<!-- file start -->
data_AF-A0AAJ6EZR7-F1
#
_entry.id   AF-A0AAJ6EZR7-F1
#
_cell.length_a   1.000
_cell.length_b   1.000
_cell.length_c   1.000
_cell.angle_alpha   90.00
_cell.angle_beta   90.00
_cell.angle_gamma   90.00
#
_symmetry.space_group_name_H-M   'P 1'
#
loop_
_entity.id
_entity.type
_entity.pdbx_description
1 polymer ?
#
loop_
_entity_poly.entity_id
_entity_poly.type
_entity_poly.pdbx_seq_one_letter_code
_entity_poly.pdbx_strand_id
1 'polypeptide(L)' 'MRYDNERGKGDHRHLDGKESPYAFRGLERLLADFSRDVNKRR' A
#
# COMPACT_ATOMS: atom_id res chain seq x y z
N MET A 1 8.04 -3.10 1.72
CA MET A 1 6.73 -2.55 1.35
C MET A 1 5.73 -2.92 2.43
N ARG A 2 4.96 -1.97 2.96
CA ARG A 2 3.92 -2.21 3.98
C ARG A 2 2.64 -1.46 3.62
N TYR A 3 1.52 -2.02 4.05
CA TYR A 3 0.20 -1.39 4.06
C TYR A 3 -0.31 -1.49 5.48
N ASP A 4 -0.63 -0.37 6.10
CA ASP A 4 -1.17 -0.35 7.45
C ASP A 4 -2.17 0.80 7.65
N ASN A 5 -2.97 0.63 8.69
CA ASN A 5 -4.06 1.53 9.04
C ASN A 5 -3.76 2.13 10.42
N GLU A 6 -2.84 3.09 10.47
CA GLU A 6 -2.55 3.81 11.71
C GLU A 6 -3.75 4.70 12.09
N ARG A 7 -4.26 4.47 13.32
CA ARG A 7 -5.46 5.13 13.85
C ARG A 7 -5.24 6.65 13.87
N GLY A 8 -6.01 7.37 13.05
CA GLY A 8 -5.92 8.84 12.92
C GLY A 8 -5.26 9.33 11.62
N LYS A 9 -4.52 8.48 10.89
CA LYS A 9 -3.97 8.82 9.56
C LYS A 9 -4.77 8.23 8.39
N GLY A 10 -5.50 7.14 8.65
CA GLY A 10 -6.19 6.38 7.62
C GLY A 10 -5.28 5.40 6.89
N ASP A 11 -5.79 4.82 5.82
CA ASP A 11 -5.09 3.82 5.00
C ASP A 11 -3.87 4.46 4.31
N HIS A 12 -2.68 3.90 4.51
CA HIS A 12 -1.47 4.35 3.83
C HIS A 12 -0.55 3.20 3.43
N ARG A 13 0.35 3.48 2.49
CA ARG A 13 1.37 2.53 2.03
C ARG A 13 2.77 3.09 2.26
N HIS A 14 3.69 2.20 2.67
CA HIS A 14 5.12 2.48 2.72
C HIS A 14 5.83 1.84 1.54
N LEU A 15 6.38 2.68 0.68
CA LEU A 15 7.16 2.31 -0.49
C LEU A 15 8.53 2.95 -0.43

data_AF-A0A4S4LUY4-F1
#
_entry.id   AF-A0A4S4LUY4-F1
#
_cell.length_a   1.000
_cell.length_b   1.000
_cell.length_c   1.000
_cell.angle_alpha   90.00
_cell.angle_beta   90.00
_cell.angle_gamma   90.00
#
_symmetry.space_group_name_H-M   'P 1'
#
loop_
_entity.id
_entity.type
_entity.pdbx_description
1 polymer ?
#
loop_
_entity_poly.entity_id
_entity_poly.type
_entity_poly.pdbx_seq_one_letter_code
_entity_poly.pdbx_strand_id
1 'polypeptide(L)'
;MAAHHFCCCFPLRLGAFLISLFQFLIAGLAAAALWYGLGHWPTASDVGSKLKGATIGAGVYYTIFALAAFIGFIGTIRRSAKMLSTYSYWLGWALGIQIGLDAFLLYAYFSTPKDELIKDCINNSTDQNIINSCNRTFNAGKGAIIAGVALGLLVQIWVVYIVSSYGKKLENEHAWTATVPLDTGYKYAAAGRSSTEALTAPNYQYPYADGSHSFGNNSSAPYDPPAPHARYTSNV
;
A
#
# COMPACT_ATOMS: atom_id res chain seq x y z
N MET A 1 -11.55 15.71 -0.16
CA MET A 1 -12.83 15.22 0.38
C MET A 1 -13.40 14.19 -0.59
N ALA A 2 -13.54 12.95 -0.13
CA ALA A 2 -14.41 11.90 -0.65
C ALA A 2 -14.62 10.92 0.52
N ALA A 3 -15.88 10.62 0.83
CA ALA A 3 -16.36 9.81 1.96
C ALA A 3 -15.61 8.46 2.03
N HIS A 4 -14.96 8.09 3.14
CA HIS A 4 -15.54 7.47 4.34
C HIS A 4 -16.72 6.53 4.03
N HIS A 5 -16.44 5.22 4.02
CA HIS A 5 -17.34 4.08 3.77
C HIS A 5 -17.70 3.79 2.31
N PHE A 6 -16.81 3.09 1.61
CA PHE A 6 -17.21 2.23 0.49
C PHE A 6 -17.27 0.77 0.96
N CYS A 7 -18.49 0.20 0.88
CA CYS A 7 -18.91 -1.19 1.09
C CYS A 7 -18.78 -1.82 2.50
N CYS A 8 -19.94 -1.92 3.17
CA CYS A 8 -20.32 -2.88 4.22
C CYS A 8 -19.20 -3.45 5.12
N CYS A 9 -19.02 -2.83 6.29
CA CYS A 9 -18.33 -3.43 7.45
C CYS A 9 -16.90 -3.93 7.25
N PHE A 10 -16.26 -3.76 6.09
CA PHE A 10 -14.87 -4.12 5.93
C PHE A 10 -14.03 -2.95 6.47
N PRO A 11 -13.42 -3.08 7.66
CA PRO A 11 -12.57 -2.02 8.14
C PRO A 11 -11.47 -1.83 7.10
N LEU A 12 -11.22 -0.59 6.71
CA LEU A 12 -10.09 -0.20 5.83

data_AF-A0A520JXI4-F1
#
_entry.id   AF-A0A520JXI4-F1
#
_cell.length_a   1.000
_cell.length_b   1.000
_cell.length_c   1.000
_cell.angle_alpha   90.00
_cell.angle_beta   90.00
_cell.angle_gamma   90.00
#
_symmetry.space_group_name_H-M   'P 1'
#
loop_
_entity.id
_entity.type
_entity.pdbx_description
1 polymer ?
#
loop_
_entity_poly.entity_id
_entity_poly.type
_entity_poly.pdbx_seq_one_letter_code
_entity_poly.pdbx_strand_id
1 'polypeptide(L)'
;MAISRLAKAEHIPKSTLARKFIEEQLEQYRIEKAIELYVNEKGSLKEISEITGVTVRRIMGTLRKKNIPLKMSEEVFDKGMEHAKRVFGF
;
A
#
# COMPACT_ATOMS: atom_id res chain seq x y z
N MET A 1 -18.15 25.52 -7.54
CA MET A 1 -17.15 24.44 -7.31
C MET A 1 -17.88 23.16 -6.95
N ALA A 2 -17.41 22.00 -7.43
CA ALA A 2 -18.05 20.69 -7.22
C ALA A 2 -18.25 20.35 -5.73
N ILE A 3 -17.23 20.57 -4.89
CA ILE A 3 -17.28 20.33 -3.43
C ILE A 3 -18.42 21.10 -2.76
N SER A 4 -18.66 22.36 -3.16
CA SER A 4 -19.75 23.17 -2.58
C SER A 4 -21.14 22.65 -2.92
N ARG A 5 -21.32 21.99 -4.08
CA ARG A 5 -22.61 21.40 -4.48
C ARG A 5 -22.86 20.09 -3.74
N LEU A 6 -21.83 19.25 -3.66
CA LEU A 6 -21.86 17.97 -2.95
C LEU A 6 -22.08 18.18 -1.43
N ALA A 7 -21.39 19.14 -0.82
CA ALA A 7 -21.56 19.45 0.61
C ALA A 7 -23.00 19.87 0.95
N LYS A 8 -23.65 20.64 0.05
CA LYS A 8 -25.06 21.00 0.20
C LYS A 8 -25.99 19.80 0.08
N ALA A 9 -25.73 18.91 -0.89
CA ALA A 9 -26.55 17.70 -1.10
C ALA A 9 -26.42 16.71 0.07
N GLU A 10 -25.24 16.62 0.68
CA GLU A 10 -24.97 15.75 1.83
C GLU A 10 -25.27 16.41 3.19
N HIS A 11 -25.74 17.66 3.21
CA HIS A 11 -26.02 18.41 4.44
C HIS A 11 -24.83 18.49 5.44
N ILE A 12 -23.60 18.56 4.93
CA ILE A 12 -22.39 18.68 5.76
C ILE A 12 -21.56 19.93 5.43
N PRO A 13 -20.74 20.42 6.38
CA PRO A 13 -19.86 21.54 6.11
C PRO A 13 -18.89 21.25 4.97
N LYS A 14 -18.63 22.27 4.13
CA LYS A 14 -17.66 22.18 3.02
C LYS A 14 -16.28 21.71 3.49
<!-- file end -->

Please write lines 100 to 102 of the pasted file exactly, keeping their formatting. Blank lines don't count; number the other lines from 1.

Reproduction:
A
#
# COMPACT_ATOMS: atom_id res chain seq x y z